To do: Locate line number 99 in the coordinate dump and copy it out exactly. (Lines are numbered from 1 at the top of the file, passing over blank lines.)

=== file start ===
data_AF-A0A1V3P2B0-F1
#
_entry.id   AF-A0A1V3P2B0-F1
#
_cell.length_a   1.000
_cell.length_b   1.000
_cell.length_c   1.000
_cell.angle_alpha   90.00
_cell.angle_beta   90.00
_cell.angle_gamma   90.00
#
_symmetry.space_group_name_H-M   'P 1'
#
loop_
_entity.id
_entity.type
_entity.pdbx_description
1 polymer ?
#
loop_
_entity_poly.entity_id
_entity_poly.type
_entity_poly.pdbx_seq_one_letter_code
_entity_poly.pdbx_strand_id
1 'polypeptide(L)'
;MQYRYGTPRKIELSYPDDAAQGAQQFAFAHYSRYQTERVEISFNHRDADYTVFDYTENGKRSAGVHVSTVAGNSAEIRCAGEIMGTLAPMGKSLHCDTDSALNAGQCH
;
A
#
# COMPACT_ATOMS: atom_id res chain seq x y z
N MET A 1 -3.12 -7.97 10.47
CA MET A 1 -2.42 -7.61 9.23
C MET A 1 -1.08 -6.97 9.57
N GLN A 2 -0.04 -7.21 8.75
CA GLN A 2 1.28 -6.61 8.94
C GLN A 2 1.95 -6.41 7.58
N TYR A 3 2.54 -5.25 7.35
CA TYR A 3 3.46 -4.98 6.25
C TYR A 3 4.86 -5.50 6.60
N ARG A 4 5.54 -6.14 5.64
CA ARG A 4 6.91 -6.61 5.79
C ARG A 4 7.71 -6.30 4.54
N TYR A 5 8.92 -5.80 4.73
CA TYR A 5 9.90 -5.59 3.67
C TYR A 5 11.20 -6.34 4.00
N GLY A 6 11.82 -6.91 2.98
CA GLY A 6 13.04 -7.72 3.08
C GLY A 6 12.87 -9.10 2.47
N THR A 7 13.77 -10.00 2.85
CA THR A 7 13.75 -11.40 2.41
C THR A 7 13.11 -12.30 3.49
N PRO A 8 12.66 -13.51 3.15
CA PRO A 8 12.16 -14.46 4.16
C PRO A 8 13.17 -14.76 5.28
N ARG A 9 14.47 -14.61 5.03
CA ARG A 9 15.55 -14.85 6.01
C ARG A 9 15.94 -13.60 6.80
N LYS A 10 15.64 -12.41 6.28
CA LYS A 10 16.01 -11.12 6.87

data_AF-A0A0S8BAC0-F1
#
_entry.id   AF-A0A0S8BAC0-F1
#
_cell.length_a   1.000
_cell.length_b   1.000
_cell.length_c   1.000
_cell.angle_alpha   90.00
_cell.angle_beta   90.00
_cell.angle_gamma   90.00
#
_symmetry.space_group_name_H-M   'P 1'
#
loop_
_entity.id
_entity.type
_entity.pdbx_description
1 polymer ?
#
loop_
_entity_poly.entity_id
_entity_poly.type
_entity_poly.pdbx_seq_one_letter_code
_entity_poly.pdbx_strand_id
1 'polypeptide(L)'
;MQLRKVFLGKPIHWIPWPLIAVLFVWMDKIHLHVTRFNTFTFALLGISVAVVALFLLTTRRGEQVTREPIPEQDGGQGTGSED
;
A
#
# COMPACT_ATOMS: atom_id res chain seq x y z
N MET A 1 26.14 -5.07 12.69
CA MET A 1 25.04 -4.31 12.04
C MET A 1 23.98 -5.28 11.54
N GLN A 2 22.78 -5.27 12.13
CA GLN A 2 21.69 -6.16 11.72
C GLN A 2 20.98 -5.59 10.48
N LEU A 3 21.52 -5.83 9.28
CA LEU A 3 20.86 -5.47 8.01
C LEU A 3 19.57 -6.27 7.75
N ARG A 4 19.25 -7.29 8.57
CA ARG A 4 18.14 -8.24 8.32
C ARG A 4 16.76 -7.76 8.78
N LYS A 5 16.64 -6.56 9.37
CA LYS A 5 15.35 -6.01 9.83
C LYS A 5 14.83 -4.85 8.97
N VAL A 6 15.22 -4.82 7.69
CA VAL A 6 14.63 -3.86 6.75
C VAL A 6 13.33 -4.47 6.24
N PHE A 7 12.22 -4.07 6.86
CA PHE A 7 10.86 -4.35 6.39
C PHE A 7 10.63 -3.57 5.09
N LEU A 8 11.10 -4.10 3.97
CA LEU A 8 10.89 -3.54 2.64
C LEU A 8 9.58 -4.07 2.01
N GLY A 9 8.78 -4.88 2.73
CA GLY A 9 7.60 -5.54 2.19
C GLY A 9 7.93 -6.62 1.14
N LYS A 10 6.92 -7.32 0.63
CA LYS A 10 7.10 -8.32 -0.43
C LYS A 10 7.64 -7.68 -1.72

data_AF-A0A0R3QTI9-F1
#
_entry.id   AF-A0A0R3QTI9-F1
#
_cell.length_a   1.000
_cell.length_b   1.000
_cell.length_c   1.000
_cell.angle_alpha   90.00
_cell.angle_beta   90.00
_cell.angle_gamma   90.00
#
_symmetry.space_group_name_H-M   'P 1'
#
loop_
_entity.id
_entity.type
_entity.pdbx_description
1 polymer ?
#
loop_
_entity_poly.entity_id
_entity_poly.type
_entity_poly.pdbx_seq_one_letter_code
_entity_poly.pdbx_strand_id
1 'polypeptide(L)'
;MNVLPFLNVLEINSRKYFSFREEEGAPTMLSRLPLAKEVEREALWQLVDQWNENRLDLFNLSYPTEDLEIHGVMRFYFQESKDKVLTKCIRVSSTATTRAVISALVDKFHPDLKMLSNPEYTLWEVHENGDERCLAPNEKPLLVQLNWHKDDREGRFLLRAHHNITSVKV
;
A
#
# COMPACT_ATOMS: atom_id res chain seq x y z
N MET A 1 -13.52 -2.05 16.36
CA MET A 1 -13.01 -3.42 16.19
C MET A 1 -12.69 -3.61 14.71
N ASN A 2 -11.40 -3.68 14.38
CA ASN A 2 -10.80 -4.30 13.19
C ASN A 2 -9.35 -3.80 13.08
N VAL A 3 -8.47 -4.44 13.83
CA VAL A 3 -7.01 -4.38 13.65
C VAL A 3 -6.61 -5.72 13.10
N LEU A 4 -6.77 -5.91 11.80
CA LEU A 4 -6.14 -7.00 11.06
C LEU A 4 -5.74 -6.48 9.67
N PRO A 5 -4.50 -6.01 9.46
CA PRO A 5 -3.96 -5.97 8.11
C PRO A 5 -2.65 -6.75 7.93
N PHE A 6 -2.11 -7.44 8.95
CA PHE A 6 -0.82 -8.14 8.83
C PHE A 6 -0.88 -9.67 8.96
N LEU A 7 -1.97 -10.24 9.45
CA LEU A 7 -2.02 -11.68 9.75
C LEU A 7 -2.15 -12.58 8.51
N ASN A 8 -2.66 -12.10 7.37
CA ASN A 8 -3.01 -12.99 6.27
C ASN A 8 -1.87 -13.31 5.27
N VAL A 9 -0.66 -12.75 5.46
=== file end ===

N ARG A 4 19.25 -7.29 8.57